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November 1987

Progressive Dystonia With Bilateral Putaminal Hypodensities

Author Affiliations

From the Montreal Neurological Institute and the Department of Neurology and Neurosurgery, McGill University, Montreal (Drs Berkovic, Karpati, and Carpenter), and the Division of Neurology, Toronto Western Hospital (Dr Lang).

Arch Neurol. 1987;44(11):1184-1187. doi:10.1001/archneur.1987.00520230064016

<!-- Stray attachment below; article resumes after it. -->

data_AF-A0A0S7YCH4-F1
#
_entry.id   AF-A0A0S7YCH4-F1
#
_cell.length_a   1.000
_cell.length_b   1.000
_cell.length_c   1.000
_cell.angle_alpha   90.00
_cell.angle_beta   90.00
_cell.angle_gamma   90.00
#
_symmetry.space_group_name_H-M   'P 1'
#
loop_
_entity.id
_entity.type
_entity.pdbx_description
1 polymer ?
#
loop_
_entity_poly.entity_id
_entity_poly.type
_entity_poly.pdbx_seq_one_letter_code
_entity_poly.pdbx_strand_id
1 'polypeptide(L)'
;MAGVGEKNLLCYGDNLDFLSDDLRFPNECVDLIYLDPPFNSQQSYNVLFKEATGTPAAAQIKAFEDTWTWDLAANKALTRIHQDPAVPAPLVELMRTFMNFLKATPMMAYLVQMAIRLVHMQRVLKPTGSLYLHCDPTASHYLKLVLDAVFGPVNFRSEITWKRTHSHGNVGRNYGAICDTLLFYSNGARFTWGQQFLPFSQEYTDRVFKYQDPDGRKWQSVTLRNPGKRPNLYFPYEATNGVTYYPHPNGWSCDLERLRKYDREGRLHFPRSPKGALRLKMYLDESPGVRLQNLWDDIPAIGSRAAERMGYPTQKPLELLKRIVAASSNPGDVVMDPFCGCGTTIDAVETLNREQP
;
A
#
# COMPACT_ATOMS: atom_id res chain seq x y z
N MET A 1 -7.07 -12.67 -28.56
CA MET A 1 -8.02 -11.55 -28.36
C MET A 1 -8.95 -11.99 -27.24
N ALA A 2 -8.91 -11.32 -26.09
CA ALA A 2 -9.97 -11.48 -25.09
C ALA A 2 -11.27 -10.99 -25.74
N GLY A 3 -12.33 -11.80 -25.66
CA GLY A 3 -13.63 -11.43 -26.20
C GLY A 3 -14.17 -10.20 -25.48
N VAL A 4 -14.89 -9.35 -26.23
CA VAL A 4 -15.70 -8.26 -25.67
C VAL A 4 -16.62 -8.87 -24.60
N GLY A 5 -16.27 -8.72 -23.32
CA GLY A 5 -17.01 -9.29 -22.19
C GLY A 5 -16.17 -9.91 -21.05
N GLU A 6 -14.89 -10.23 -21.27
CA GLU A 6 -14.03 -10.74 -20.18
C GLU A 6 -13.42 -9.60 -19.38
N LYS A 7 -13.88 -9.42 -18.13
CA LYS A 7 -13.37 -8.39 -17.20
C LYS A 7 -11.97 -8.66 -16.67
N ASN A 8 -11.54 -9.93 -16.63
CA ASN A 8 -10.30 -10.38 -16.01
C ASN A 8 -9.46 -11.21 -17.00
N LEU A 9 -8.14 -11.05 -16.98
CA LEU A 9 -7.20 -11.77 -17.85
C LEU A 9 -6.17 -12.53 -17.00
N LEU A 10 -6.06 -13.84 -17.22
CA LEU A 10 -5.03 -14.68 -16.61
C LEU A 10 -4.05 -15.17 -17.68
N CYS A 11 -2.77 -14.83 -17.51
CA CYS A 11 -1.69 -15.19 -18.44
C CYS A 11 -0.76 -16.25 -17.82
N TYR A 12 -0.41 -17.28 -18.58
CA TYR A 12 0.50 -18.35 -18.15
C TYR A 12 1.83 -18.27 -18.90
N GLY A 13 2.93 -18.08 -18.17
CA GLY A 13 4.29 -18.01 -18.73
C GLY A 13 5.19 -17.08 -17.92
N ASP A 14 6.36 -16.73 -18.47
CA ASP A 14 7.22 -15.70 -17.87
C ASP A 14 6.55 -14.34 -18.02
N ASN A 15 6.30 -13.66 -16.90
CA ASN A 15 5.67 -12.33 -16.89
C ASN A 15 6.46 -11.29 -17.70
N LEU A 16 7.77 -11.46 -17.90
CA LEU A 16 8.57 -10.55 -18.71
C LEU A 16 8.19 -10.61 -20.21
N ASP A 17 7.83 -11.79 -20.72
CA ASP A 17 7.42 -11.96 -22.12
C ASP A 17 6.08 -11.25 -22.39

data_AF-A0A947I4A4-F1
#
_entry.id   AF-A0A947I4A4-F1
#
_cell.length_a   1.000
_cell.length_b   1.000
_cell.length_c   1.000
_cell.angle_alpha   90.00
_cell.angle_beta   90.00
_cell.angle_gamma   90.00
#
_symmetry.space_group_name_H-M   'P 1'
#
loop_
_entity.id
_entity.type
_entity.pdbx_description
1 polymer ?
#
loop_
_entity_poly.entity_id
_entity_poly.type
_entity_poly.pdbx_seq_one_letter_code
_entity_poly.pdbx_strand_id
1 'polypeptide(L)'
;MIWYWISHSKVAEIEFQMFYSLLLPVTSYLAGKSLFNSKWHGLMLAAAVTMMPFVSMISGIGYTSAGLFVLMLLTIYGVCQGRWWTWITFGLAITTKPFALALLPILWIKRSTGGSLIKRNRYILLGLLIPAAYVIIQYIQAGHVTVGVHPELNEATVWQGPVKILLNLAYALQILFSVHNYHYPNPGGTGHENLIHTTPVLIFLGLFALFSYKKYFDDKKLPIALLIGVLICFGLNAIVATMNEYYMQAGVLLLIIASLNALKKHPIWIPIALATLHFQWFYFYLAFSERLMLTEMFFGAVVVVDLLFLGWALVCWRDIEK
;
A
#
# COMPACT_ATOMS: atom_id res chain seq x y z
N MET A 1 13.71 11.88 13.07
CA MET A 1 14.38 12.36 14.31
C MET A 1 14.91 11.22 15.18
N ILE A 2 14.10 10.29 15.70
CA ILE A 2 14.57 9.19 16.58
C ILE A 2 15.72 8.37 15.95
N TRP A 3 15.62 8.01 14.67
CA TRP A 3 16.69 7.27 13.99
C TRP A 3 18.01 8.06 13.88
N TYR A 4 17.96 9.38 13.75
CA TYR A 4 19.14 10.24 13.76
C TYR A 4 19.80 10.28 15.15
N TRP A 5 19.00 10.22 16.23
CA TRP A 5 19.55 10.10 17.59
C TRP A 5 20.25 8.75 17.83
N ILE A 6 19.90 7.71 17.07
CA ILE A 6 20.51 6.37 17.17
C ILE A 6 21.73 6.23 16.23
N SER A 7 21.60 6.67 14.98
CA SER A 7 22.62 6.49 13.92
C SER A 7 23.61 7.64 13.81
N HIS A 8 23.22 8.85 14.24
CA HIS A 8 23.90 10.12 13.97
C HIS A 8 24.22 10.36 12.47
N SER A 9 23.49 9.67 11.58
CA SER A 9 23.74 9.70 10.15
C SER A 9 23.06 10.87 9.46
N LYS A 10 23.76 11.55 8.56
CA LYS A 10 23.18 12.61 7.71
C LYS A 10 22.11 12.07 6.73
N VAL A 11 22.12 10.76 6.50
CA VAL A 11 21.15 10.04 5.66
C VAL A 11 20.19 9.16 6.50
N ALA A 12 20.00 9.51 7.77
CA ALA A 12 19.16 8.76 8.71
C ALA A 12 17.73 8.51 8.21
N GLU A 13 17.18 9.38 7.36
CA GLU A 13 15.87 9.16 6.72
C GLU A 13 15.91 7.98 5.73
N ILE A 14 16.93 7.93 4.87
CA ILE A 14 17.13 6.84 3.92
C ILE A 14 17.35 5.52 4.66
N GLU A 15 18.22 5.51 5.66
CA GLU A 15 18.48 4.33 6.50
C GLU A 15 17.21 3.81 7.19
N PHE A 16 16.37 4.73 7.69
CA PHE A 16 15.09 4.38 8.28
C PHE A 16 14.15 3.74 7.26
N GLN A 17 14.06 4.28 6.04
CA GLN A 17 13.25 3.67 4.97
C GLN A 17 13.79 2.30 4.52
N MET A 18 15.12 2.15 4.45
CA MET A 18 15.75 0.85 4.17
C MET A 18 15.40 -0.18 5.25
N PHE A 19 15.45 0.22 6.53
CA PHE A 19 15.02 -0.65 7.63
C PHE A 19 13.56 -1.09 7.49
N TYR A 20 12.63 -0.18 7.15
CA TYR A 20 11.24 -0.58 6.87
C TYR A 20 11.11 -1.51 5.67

• Three unrelated patients, aged 4, 18, and 47 years, had generalized dystonia associated with bilateral striatal hypodensities on computed tomography. Mitochondrial encephalopathy was considered to be the most likely diagnosis, but this could not be proved. These patients confirm previous reports linking acquired generalized dystonia with bilateral putaminal lesions and they highlight the problem in differential diagnosis of this clinicoradiologic syndrome.

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